The excess of expenditure over receipts (on both accounts) gives the fiscal health measure of the government known as the gross fiscal deficit (GFD). Another important gauge of fiscal operations is the revenue deficit (excess of expenditures over receipts in the revenue account). The increase in revenue deficit generally implies that the government is increasingly using its finances to fund its recurring non-productive expenses and no actual asset creation is taking place. To discipline the government in its financial management, the Fiscal responsibility, and Budget Management (FRBM) Act was brought in during the UPA regime in 2003. This act aimed at bringing fiscal discipline by reducing India's fiscal deficit (5.7% of GDP in 2003) to 3% of GDP and elimination of revenue deficit by March 2008. (Revenue deficit stood at 2% of GDP or fiscal year 2016-17)

Government Accounts- Annual

Note: The years represent the fiscal years so 2017 denotes FY 2017 (April 2016-March 2017). The share of GDP for deficits has been calculated using GDP (2004-05=100). The values for FY 2019 and FY 2020 represent the budget estimates for the fiscal year April 2018- March 2019 and April 2019- March 2020. 

Glossary

   Revenue Receipts The earnings made by the government which neither create liabilities or reduce assets of the government. For example, receipts from tax collections, interest on investments, dividend earnings and earnings from services provided.
   Capital Receipts The earnings made by the government which creates liabilities (borrowing from the public in form of PPF and small saving deposits, National Pension Scheme etc. ) or reduce assets (divesting stake in a particular company, called disinvestment or recovering loans made to state governments.)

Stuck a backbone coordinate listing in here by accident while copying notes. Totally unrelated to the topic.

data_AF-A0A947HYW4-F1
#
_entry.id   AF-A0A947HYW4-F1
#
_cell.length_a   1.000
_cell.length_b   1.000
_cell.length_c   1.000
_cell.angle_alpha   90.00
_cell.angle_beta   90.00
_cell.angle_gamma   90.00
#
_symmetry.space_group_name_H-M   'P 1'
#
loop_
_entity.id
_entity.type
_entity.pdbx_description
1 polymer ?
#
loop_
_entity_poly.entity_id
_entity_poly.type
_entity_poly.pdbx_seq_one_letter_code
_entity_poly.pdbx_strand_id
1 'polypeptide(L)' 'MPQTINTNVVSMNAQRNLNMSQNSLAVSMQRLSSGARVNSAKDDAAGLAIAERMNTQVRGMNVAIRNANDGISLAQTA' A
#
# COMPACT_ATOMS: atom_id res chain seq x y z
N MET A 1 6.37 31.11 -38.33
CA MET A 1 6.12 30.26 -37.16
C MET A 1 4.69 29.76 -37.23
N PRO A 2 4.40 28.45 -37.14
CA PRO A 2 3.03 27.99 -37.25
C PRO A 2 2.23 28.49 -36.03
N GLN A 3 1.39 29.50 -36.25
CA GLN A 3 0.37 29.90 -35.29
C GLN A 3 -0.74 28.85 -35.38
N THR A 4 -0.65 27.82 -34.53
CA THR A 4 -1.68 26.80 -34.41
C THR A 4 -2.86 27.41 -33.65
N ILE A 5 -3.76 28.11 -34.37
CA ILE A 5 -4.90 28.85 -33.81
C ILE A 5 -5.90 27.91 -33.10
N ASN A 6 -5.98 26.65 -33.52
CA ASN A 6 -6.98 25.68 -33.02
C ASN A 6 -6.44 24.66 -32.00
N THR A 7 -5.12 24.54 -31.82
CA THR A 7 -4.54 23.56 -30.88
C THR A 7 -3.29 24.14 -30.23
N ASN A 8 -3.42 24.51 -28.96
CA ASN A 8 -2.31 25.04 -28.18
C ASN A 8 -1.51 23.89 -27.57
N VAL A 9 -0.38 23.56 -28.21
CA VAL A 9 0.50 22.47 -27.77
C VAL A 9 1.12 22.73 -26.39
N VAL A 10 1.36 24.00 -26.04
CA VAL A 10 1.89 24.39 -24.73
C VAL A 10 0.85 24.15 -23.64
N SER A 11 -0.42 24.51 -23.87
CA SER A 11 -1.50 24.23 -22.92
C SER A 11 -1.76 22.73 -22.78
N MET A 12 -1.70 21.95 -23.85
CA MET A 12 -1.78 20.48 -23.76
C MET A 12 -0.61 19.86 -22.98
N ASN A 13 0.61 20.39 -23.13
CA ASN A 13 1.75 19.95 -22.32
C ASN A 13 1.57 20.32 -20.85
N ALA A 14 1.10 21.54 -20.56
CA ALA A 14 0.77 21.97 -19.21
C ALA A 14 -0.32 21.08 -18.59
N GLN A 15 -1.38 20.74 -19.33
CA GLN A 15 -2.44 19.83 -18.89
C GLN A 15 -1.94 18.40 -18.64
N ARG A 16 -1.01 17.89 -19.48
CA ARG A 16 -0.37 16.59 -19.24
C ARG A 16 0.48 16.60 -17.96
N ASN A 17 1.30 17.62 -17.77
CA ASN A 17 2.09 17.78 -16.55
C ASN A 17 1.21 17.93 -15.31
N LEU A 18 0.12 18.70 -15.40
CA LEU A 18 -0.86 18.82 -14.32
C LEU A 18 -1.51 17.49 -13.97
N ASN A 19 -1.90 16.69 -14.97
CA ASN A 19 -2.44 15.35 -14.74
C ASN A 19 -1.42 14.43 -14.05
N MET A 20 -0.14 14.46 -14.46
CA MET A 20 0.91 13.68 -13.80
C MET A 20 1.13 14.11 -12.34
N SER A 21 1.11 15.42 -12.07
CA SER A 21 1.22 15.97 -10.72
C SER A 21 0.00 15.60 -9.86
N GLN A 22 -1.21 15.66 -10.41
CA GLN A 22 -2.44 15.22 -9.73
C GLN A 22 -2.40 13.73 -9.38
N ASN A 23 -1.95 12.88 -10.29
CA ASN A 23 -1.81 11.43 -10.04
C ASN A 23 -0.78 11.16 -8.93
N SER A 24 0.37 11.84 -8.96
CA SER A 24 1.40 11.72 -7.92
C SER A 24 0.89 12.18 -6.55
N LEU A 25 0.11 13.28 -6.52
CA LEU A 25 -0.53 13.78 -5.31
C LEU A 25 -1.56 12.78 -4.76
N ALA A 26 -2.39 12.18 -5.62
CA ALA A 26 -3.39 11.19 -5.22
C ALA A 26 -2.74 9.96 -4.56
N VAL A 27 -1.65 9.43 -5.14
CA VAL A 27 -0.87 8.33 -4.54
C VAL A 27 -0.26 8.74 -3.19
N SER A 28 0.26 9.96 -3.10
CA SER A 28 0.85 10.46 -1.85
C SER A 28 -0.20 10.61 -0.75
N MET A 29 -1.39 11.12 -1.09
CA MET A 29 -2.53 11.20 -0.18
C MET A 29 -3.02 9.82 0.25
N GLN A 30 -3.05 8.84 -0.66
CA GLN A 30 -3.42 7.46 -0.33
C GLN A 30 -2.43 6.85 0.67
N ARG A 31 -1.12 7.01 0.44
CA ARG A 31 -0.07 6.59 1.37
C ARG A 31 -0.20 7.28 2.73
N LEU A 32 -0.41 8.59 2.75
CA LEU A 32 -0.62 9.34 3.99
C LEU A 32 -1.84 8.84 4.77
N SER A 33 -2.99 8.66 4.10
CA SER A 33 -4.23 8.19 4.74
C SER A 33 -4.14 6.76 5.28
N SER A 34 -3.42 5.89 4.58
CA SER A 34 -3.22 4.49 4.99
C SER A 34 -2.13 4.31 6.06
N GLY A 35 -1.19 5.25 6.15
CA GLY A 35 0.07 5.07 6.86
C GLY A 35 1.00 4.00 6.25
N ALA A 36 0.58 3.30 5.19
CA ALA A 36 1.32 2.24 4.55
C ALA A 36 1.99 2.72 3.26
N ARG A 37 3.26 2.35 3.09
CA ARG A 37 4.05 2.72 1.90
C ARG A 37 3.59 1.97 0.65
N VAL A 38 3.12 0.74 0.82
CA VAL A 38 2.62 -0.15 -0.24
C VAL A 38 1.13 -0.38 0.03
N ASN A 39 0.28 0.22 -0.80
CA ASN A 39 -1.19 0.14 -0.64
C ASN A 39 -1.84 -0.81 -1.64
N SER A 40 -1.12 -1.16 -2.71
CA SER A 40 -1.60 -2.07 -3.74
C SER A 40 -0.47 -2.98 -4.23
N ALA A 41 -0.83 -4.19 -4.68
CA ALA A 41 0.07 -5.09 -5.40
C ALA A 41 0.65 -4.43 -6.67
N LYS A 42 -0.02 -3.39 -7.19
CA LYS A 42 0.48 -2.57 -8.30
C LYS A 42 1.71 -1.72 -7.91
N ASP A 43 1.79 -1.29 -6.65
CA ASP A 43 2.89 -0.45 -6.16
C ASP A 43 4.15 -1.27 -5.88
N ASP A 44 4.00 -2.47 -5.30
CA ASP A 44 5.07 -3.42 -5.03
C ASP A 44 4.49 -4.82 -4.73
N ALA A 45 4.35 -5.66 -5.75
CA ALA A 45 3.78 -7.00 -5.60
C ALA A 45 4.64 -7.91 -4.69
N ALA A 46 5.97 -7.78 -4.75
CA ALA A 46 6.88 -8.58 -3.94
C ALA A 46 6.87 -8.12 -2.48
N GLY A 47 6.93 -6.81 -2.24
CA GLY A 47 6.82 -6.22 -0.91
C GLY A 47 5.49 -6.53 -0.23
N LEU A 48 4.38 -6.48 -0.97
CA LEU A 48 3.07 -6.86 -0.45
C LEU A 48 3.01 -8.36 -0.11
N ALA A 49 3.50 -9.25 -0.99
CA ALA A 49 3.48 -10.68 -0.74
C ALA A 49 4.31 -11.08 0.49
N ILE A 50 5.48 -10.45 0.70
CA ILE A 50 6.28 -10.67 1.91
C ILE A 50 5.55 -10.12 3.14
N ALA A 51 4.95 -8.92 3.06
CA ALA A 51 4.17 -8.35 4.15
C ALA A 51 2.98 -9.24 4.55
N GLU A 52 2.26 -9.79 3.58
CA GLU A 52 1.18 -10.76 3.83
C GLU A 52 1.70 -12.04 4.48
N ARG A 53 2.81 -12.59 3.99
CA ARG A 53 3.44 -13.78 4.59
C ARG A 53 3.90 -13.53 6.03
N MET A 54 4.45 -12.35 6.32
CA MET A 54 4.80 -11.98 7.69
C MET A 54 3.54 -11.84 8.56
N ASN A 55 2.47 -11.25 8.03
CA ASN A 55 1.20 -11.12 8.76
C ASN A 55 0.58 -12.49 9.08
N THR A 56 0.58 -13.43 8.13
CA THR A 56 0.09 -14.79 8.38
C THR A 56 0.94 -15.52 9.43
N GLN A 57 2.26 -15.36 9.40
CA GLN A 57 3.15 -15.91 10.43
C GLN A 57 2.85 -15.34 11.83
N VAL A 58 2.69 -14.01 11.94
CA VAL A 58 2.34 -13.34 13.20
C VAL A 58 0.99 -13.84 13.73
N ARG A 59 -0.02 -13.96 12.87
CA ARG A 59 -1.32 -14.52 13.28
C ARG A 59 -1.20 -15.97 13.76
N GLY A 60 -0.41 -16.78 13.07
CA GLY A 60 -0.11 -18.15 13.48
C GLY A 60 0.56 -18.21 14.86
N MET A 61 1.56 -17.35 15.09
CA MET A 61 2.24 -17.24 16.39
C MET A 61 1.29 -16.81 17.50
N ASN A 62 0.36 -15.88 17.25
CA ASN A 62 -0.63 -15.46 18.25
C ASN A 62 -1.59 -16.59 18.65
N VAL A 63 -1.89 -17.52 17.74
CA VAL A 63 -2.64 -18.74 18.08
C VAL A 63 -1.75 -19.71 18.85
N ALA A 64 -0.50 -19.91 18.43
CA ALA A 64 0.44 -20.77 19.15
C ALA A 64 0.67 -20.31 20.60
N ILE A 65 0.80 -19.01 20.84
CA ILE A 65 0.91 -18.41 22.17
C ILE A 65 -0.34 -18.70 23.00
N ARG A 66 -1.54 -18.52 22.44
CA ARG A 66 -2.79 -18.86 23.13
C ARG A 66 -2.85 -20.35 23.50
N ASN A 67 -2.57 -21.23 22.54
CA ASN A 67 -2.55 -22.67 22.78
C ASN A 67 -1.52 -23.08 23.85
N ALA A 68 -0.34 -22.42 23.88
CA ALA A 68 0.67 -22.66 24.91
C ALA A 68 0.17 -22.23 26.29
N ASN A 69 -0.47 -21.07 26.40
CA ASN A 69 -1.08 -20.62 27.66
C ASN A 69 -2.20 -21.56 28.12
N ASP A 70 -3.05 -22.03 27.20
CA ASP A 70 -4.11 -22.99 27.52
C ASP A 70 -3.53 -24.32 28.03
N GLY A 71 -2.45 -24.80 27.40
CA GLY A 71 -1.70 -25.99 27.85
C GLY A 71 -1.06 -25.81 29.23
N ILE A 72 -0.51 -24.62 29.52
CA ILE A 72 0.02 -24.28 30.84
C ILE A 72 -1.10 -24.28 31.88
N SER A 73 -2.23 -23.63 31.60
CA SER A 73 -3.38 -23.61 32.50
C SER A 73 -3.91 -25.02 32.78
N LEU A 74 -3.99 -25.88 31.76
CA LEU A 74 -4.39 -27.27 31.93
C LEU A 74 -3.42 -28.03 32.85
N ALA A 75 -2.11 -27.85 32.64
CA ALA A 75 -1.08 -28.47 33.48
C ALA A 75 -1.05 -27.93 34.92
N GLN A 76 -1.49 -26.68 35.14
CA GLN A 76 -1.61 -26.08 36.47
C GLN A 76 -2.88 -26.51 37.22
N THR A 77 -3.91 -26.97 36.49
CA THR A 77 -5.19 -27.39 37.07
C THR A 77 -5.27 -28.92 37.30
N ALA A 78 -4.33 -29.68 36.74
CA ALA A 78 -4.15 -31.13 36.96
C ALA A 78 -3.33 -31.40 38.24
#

Non-debt Capital Receipts These are capital receipts which do not create debt for the government such as recovery of loans made and selling a stake in a public company.
   Revenue expenditure It is the expenditure made by the government on a recurring basis such as administrative expenses, interest payments on loan taken by the government, pensions, subsidies etc.
   Capital expenditure It is a productive, asset-creating (or liability reducing) long-period, non-recurring expenditure of the government. For example; expenditure on creating the infrastructure (roads, electricity dams etc.), loans made to state governments and repayment of loans by the central government (reducing liability).
   Gross Fiscal Deficit The fiscal deficit of the government is the difference between the total expenditure incurred and the total non-debt capital receipts (total receipts minus the earnings from borrowing) of the government. It indicates the total borrowing requirements (incl. the need for interest payments) of the government.
   Revenue Deficit It is the difference between the revenue receipts and the revenue expenditure of the central government. Revenue deficit indicates the excess amount of expenditure by the government to fund current consumption needs rather than for productive asset-creation.
   Gross Primary Deficit It is the difference between the fiscal deficit of the current year and the interest payments on the previous borrowings made by the government. It indicates how much of the government borrowing is going to meet expenses other than interest payments.

 

For more information please visit the official government website.

Next Release Date: September 30th, 2019